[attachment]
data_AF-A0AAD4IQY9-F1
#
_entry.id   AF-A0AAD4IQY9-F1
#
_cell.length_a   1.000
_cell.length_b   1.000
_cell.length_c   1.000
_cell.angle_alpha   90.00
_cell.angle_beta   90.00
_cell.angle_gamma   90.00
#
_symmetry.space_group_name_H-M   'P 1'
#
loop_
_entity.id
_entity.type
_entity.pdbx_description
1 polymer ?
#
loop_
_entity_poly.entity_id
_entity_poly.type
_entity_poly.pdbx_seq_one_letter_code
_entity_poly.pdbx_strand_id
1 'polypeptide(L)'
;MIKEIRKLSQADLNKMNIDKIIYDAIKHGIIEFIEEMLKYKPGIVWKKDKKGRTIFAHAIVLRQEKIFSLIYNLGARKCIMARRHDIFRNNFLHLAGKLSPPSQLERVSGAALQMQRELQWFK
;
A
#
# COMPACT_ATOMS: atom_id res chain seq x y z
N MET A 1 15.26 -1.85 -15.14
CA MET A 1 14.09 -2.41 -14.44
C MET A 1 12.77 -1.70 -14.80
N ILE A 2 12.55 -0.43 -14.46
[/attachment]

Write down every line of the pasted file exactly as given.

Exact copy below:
data_AF-A0AAD4IQY9-F1
#
_entry.id   AF-A0AAD4IQY9-F1
#
_cell.length_a   1.000
_cell.length_b   1.000
_cell.length_c   1.000
_cell.angle_alpha   90.00
_cell.angle_beta   90.00
_cell.angle_gamma   90.00
#
_symmetry.space_group_name_H-M   'P 1'
#
loop_
_entity.id
_entity.type
_entity.pdbx_description
1 polymer ?
#
loop_
_entity_poly.entity_id
_entity_poly.type
_entity_poly.pdbx_seq_one_letter_code
_entity_poly.pdbx_strand_id
1 'polypeptide(L)'
;MIKEIRKLSQADLNKMNIDKIIYDAIKHGIIEFIEEMLKYKPGIVWKKDKKGRTIFAHAIVLRQEKIFSLIYNLGARKCIMARRHDIFRNNFLHLAGKLSPPSQLERVSGAALQMQRELQWFK
;
A
#
# COMPACT_ATOMS: atom_id res chain seq x y z
N MET A 1 15.26 -1.85 -15.14
CA MET A 1 14.09 -2.41 -14.44
C MET A 1 12.77 -1.70 -14.80
N ILE A 2 12.55 -0.43 -14.46